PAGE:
Don't try to compartmentalize Jen Kirkman

Thursday, October 5, 2017 - 3:28pm

Don’t have a ticket to Saturday’s game? No worries. Comedian Jen Kirkman — who you may know from her appearances on “Chelsea Lately” and “Drunk History” or her podcast “I Seem Fun” — is bringing her “All New Material, Girl” Tour to the Majestic Theater Saturday night.

“I want to be as clear as possible that people are seeing material that is new to them and this isn’t me charging them to see some greatest hits of my two Netflix specials.  So, I called it the “All New Material, Girl” Tour - to drive home that point and make a Madonna pun because why not?” Kirkman wrote in an email interview with The Michigan Daily.  “It backfired in New York City recently when a man at the door wanted a refund for thirty tickets because he thought that he and his office friends were seeing Madonna perform her old hits like Material Girl. I am completely serious. So, there’s a lot of confusion apparently.  Oh, America.”

Her most recent special, “Just Keep Living,” a non-ironic nod to Matthew McConaughey’s catch phrase, premiered in January on Netflix and is the latest product of the veteran comedian. After two comedy albums, two hour specials, two books, Kirkman has no plans of slowing down.

“Yeah there’s always something cooking with me, but I don’t tell until there is something to tell.  I’ve got a necklace line going right now that I’m super excited about. Totally serious. It’s with a company called Bauble Bar and they actually partnered with a comedian and I’m selling necklaces that say things like ‘Over Forty’ and ‘Childfree’ and ‘FeministAF.’  I’m loving it. I think everyone should buy some. It’s a limited edition that ends on Dec. 31,” she wrote. “This is what happens to female comedians over forty. It’s the law that we start selling jewelry and clothing. And that’s the only time I’ll make a joke about female comedians or say the words ‘female comedians.’ ”

Alongside plugs for her necklace line, Kirkman’s Twitter is a mix of observational humour and scathing details on harassment from Bernie Bros and Russian Bots, but the balance comes naturally to her.

“I’m just a person flowing through life. I have a thought, I pull out the phone while I’m in line at CVS and I tweet. I’m a citizen on Twitter except when I’m promoting my shows. I don’t find the balance difficult or frustrating because if people want to compartmentalize me, that’s their problem. I don’t care what people think. I just want them to come to my shows and laugh. I couldn’t be more simple in that regard. I’m not worried about my “brand” or my message or my whatever,” she wrote.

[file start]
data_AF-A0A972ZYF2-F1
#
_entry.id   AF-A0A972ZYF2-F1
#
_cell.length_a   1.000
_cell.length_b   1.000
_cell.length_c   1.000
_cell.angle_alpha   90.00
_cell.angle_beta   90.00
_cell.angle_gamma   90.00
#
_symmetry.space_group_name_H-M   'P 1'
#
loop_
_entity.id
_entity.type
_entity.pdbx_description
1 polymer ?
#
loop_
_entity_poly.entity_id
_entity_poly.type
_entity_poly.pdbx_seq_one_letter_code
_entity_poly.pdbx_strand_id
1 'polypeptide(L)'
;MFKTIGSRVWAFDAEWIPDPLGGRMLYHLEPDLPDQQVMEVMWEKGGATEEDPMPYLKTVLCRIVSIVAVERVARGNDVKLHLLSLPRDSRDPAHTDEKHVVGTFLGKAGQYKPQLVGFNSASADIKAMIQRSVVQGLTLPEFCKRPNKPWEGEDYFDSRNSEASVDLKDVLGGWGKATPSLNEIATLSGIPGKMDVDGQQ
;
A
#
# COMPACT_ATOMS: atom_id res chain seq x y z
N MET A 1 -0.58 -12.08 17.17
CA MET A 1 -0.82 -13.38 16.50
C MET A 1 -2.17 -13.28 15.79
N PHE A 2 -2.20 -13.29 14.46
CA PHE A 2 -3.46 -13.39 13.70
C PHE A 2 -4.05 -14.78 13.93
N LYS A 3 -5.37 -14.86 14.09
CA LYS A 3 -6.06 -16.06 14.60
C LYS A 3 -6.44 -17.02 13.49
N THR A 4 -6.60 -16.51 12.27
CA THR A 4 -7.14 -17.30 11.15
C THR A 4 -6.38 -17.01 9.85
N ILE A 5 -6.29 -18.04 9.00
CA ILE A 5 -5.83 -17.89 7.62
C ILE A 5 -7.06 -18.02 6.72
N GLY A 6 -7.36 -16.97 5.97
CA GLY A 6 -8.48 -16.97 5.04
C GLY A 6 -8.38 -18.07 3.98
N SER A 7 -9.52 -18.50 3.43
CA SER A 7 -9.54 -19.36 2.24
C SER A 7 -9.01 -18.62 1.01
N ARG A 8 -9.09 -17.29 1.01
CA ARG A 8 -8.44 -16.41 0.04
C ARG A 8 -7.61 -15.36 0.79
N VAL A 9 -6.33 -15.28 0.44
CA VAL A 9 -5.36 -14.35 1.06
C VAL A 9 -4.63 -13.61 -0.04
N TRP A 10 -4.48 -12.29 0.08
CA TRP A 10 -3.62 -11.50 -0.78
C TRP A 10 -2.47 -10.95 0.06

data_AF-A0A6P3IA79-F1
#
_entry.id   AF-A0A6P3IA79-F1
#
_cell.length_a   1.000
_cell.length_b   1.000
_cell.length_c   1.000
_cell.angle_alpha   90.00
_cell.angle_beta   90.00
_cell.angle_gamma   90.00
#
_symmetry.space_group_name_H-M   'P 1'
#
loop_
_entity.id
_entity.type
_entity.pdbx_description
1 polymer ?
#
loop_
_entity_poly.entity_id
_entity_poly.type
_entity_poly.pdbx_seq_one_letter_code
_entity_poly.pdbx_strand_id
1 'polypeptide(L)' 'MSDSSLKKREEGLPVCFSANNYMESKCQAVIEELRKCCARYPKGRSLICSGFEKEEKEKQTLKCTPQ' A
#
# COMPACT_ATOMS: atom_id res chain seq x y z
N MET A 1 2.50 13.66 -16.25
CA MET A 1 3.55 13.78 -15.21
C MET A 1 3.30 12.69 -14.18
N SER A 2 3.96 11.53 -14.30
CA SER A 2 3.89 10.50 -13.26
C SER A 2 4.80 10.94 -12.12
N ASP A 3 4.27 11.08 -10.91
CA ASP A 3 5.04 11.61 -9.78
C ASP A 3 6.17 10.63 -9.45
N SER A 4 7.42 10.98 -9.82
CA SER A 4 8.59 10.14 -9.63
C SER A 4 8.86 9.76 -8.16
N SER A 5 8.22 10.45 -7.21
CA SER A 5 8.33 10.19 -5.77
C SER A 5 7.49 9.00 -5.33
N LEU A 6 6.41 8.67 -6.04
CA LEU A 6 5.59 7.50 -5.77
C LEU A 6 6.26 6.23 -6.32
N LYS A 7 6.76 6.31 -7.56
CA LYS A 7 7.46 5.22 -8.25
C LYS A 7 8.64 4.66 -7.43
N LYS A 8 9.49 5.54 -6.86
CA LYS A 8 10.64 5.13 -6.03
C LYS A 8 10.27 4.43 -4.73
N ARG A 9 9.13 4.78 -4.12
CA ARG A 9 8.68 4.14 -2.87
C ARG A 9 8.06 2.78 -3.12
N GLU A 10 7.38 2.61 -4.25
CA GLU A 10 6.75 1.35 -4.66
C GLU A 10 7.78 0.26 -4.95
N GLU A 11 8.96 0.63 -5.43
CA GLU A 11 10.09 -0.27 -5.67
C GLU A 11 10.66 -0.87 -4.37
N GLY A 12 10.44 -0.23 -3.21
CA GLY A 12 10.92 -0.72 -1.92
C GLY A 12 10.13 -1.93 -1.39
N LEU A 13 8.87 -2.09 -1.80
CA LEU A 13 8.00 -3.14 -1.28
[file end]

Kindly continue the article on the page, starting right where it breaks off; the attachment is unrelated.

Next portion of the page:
But despite her politics on Twitter, she’s not looking to be labelled a “political comedian.”

“I have a strict definition of what it is to be a political comedian. I say that title literally means someone who does topical jokes every night about the news of the day, almost late night monologue style.  So, no I’m not a political comedian in that sense. The way the country is going - does influence my comedy but it always has.  My comedy is about my life, and my reaction to my life, and since I’ve always been a woman, and people have always hated women, I’ve always had a politically personal bent to my comedy, like talking about cat-calling or not wanting children.  But, everyone seems to be asking me this question and I was never asked this question when other people were President so it seems like we are really in extraordinary times and I mean extra-ordinary in the bad way,” she wrote.  “So, yes, people coming to the show will for sure get a sense that I live in the same world they do. As Jimmy Kimmel recently described it, ‘It feels like a portal to Hell has been opened.’ I’m in that portal too and so I’m hoping people find my show cathartic and comforting but if they’re looking for a Trump impersonation, they won’t get that from me.  Although I will be wearing a toupee,” she wrote.

Although someone is probably angrily tweeting about Kirkman’s liberal or “feminazi” comedy at this very moment, she’s over the discussion on the acceptability of “rape jokes.”

“I don’t really sit around analyzing comedy. If men wanna talk about rape culture they better have a good fucking reason and they better be preaching on the right side of it. Otherwise, I’m so tired of this debate and it’s the least fun question on earth because whatever my answer will be won’t make someone be like, ‘She’s so funny I have to see her show,’ ” she wrote. “I know you journos want deep conversation but people reading this stuff are like, ‘OMG shut up already.’ I should know. They tweet me when these pieces come out. I’d rather talk about aliens or something.”

However, if you are reading this thinking “She is so funny I have to see her show,” there are still tickets left for Saturday’s show.

“My comedy isn’t interactive unless I need have a question answered during my set. Comedy gets so little respect and people seem angry that you don’t want to talk to them. Folks, it’s like a play. I know the words I’m going to say and I’m excited to say them. I flew here to say them. If you interrupt me, you’re basically an asshole who wants more from a performer than the performance. Not cool. And it ruins the fun for the audience. They didn’t pay to see Jerry in the third row yell shit out.”

Don’t be Jerry.